03 September 2010
By Revathi Ramanan
Even people taking over–the–counter drugs are now turning addicts
S Sujatha (26) (name changed) started taking spasmo proxyvon, an anti spasmodic, for her menstrual cramps two years ago. "I started taking it at the suggestion of a friend and liked it because of the immediate relief it gave me," she says. After a point of time, even when she was not in pain and not menstruating, she would consume the drug. "I started getting irritable when I didn’t take the drug," says Sujatha who is being treated at one of the de–addiction centres in the city.
"Popping an aspirin while having a headache is common, but doing it over a long time could make you an addict. We have been seeing quite a few such cases," says Dr Anitha Rao director, medical services at the de–addiction centre attached to the TTK Ranganathan Hospital.
Over–the–counter drugs which people take for common ailments like headache, cramps and sleeplessness could cause addiction if taken without the advice of a registered medical practitioner, says S Arivudai Nambi, director of Wisdom Hospitals, a de–addiction and psychiatry management hospital in the city.
Drugs like codeine, cyclopam, aspirin, spasmo proxyvon, acetaminophen, opoids, zolpidem, ephedrine and other painkillers are some of the drugs used in day–to–day life that could cause addiction if not taken in the right quantity, say doctors working with addicts.
"It takes only three days for the system to get addicted to a drug. So any person who has been taking a drug without prescription for three consecutive days is at the risk of getting addicted," says Nambi.
Dr C Anbudurai, a psychiatrist who counsels victims at Wisdom Hospital, says addiction can be triggered by physiological or psychological reasons. "When the addiction is psychological, the person feels the need to keep popping pills even though he/ she is fine. Physiological addiction is usually characterised by withdrawal symptoms like sweating, vomiting, sleeplessness and depression.
Psychological cases like dependence on aspirin are more difficult to treat," he says. Experts say the problem gets compounded when unqualified pharmacists behind the counter give people drugs without knowing fully about the effects. "More awareness has to be created about over–the– counter drug abuse in India," says Dr Rajesh Menon, director of Turning Point, a de–addiction centre.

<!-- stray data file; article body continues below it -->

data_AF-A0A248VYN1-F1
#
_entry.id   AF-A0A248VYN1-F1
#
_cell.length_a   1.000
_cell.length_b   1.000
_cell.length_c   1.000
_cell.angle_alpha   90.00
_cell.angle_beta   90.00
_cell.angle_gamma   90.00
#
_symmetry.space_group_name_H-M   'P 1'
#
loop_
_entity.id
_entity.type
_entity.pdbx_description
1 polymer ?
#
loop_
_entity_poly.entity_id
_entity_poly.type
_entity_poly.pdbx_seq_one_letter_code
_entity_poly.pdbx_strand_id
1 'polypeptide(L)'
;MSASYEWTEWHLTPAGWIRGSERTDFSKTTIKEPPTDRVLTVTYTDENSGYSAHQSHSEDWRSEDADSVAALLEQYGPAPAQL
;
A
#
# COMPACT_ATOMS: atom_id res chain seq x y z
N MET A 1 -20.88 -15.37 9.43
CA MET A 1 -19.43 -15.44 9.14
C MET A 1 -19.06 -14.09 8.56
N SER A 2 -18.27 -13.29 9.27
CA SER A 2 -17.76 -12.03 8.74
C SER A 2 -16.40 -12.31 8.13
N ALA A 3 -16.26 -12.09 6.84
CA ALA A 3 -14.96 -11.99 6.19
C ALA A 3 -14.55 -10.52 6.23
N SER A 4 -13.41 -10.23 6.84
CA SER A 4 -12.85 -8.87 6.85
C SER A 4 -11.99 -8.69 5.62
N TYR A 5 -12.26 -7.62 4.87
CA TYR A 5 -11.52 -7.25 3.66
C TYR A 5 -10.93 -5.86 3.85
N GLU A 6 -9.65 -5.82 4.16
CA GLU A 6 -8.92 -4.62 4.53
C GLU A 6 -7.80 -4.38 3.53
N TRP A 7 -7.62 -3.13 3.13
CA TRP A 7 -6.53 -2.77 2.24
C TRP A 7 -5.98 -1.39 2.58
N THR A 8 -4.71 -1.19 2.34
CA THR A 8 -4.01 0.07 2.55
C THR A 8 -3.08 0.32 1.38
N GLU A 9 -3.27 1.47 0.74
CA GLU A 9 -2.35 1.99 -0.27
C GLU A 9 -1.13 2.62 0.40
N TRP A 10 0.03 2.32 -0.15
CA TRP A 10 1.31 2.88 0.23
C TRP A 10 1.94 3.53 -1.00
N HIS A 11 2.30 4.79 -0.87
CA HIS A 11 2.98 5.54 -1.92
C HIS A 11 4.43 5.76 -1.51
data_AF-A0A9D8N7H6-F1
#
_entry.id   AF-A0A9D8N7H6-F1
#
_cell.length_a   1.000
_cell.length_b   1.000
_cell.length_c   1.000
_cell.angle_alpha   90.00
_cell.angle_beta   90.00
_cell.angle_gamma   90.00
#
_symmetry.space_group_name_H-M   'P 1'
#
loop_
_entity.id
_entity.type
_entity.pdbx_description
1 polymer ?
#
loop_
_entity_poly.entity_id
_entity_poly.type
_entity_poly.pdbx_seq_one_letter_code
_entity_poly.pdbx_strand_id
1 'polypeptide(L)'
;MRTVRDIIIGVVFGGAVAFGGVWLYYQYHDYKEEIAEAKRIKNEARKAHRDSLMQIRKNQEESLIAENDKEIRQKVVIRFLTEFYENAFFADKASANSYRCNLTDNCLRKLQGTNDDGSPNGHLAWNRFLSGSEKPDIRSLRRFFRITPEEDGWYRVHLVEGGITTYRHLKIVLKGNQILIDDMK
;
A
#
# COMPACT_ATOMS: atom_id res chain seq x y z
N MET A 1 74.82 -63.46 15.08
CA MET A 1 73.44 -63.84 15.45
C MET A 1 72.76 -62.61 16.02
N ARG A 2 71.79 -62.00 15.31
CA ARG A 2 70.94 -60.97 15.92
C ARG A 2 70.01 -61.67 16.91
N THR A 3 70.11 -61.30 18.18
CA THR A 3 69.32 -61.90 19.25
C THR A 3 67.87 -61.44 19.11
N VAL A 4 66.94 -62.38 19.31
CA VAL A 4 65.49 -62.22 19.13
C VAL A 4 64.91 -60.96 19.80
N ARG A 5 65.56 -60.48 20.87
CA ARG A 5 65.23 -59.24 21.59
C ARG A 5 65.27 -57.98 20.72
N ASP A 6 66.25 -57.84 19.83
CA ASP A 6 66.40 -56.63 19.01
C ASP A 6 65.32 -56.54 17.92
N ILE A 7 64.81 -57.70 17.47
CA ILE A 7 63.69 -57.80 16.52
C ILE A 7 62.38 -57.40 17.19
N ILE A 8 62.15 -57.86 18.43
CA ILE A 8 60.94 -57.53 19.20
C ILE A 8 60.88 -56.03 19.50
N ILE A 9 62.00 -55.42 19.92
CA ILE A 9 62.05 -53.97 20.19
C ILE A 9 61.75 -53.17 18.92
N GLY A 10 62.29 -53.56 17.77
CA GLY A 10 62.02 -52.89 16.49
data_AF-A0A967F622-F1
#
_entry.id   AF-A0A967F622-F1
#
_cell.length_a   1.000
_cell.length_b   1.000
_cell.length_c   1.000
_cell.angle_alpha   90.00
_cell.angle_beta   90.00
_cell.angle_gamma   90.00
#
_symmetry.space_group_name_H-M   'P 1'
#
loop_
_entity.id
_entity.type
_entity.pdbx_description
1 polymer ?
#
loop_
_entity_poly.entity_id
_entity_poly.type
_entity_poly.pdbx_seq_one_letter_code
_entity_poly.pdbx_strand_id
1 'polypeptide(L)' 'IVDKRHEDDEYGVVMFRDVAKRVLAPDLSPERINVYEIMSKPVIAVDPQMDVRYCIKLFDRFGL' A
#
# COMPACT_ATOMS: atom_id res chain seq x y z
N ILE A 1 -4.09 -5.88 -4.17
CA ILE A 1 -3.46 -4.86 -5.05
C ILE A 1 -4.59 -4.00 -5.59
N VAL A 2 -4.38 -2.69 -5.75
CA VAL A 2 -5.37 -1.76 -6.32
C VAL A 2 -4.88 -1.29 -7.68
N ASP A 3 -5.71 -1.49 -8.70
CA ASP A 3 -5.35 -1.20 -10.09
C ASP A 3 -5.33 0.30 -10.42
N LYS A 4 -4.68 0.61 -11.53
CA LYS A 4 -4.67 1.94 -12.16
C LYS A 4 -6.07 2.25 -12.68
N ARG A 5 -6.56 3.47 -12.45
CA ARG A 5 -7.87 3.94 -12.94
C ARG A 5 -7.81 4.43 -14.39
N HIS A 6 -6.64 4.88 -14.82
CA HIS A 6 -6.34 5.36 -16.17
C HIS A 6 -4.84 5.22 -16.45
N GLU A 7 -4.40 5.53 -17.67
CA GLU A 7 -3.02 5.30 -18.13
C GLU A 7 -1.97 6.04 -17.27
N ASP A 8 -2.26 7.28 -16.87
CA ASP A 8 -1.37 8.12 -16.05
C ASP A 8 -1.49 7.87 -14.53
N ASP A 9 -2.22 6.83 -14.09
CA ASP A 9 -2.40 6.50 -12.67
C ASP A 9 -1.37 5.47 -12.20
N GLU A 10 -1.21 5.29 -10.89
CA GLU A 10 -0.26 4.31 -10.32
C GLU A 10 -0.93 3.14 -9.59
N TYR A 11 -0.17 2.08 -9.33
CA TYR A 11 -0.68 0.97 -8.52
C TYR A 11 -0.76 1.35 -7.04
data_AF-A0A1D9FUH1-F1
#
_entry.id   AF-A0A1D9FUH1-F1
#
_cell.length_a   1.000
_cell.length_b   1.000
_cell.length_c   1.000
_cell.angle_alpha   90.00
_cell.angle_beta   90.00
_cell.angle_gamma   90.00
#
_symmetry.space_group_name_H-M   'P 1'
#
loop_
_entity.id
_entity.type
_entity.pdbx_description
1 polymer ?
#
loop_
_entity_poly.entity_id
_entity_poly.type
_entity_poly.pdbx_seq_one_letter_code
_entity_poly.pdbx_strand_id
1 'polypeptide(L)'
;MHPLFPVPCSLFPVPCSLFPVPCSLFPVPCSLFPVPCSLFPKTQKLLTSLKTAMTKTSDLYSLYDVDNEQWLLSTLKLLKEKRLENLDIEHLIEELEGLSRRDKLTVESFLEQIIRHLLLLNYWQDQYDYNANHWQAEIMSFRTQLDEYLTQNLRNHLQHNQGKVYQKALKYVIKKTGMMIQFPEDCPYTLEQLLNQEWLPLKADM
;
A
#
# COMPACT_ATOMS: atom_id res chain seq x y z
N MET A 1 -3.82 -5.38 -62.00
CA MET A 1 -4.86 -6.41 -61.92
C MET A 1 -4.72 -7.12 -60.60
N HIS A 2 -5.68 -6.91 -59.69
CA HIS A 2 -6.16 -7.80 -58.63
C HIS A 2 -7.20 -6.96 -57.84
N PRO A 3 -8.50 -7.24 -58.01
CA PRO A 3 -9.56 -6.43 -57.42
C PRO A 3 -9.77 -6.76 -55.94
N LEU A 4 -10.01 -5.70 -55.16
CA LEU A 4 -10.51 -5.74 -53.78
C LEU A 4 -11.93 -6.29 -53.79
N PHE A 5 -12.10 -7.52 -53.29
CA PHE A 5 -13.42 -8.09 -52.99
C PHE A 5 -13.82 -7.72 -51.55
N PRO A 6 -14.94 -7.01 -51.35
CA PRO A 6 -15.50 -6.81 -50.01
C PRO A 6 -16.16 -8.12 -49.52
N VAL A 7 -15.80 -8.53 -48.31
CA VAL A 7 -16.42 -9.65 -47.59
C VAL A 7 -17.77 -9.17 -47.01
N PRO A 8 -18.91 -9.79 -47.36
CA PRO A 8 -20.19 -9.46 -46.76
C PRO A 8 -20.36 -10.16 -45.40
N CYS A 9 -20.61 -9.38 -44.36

Ascertaining the extent of abuse is the first step of treatment, says Dr Rao. "Sometimes the abuse could be extensive and could have damaged the stomach lining, liver and other organs, while in some other cases it could be only psychological," she says. This is followed by a seven–day detoxification process which varies from drug to drug, personality check, psychotherapy, lecture sessions and group therapy. After rehabilitation, it is followed up for a few years.
Addicts are also encouraged to attend Narcotics Anonymous meetings where they interact with other addicts and share their experiences. "Regular follow–up is very important, especially in the cases where the reason of addiction is psychological. We have seen cases of relapse in the absence of follow up," says Anbudurai.
Look Before You Pop
Use | Anti–allergic Result of abuse | Fits, high fever, anaemia, agranulocytosis (absence of white blood cells) Addiction can cause | Lack of concentration, continuous obsession about the drug
Use | Pain–killer, bloodthinner Result of abuse | Stomach ulcers, hallucination, incoherent speech, disorientation and paranoia Withdrawal symptoms | Dangerous because of no other symptoms than the urge to take the pill for every small pain
Use | Painkiller Result of abuse | Dry mouth, dizziness, nervousness, may affect liver Withdrawal symptoms | Behavioural changes, unmanageability, mood swings
Use: Anti–depressant, used to treat anxiety and insomnia Result of abuse | Abdominal pain, cramps, dry mouth, headache Withdrawal symptoms | Acute fear of being alone, mood swings, behavioural changes